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  • The only general purpose item of camouflage to make it into the Bundeswehr supply system during its early years was a reversible Zeltbahn (shelter half). Possibly created by combining elements of both WW2 Wehrmacht and SS pattern camouflage designs, the BW Zelt-tarnmuster is nevertheless a fairly unique design. One side (Sommer/summer) consists of black, dark olive & tan amoebic shapes over a splintered background pattern of light and medium olive green, while the other side (Herbst/autumn) features black, russet & tan amoebic shapes over olive green & beige splintered pattern background. Although custom-made helmet covers were made, the only officially-produced item in either pattern was the shelter, which could additionally be worn as a poncho with a detachable hood that also served as a carrying pouch for the folded zelt. This pattern is often called amoebatarn or German "amoeba" pattern.

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  • Introduced to the Bundeswehr in the mid-1960s, Schneetarn (snow camouflage) is a general purpose coverall pattern designed for wear by soldiers operating in snow-covered terrain. The design consists of needle-like patches of dark green blurred edges on a snow white base. The design produced in the 1960s employs lighter colored green in less density than that of the 1980s. Both versions are illustrated below. Standard items of issue are a hooded poncho (reversible to solid white pattern), as well as smock and overtrousers. Despite its age, the German Army retains this pattern for use by its troops.

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  • One of the patterns tested during the Truppenversuch 76 was this Sägezahnmuster or "saw tooth" pattern, so-called due to the resemblance of the foliage-like shapes to the sharp edges of a saw.

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  • Another pattern tested in the Truppenversuch 76 was called Punktmuster or "dot pattern," similar in some respects to the flecktarn family but with far smaller and more concentrated spots.

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  • The pattern with the most favorable results from the original Truppenversuch 76 trials was Flecktarnmuster B. Although not immediately adopted by the German Army, a subsequent Bundeswehr Truppenversuch in 1989 confirmed the effectiveness of the pattern and subsequently it was introduced as a standard combat pattern for the Bundeswehr in that year (in fact, implementation had begun a few years earlier). Officially known as Funf Farben Tarndruck der Bundeswehr (Five color camouflage of the Bundeswehr), Flecktarn remains the standard issue combat uniform pattern of the German Armed Forces, with a wide variety of uniform items and field equipment being produced in this camouflage scheme.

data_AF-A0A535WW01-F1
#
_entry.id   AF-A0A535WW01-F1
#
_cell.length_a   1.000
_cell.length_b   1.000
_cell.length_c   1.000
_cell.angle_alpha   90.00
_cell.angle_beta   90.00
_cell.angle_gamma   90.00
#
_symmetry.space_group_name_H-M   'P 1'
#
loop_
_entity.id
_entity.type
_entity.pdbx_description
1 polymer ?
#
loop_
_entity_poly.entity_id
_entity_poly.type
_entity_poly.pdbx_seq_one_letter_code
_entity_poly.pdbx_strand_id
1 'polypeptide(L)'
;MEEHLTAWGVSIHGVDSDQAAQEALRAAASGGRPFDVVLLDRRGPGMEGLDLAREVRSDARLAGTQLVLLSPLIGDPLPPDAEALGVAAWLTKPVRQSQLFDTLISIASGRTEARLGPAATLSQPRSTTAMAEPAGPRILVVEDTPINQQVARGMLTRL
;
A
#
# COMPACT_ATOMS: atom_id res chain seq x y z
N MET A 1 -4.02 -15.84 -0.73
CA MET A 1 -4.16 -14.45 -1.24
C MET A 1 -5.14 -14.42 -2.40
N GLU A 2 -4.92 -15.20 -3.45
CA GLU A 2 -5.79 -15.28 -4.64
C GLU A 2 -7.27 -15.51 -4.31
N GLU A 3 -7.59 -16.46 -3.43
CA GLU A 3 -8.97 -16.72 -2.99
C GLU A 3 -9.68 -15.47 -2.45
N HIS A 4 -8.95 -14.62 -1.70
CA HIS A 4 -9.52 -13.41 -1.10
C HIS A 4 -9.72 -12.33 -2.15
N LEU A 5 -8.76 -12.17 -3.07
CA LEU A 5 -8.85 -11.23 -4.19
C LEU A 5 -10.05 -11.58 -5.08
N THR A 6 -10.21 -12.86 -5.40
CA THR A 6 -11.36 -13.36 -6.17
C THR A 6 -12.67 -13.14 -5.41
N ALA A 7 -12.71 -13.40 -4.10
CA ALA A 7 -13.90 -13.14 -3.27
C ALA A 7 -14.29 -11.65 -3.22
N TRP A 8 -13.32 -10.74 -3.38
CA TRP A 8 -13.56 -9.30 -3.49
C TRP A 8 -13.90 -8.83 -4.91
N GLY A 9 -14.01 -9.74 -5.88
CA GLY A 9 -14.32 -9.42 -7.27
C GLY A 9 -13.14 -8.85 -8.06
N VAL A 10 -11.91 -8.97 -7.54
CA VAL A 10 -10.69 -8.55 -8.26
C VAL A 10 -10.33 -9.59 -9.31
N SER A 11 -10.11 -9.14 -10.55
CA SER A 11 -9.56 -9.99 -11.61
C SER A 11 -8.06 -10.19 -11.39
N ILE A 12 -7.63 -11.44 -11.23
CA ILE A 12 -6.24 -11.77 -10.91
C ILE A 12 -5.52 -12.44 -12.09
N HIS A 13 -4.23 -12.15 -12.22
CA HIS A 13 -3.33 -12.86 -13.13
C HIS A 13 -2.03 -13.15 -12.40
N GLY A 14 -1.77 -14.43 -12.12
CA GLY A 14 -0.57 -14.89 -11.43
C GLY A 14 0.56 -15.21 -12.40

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  • An increased German presence in peacekeeping efforts around the world during the mid-1990s sparked an interest in developing a modified uniform for wear in tropical, hot weather climates. This resulted in the adoption of a another version of the Funf Farben Tarndruck der Bundeswehr (five color camouflage of the Bundeswehr) which has also been nicknamed Tropentarn. Printed on lighter weight fabric for issue on deployments in hot weather climates, the tropical or hot weather uniform uniform was adopted in 2001. The pattern itself represents only a slight modification in the coloration of the standard Flecktarnmuster.

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  • Following a trend set by NATO allies Great Britain and France, in 1993 Germany began trials of a desert camouflage pattern based on the schematics of its standard issue Flecktarn. Initially nicknamed Tropentarn ("tropical camouflage," although the term was entirely unofficial), early versions of the design consisted of sparse dark olive & reddish-brown spots on a sandy background. This desert pattern would remain in the trial stages until 1998-1999, when the first official version of the desert camouflage uniform was introduced. Known officially as drei Farben Tarndruck der Bundeswehr (three color camouflage of the Bundeswehr), the pattern is also known among some collectors as Wüstentarn (desert camouflage), or Desert Flecktarn pattern. Although rumors have existed for years that two versions of the desert pattern existed, German sources indicate this is technically untrue. Early trial versions (1993-1998) may have had slightly different colorations, but the official version (issued in 1999) remains standardized, although the effects of washing with certain other types of clothing have a history of altering the appearance of the pattern. The three-color (desert) camouflage is the standard arid/desert pattern of the German Armed Forces, and is intended for wear in dry climates with some modest foliage cover.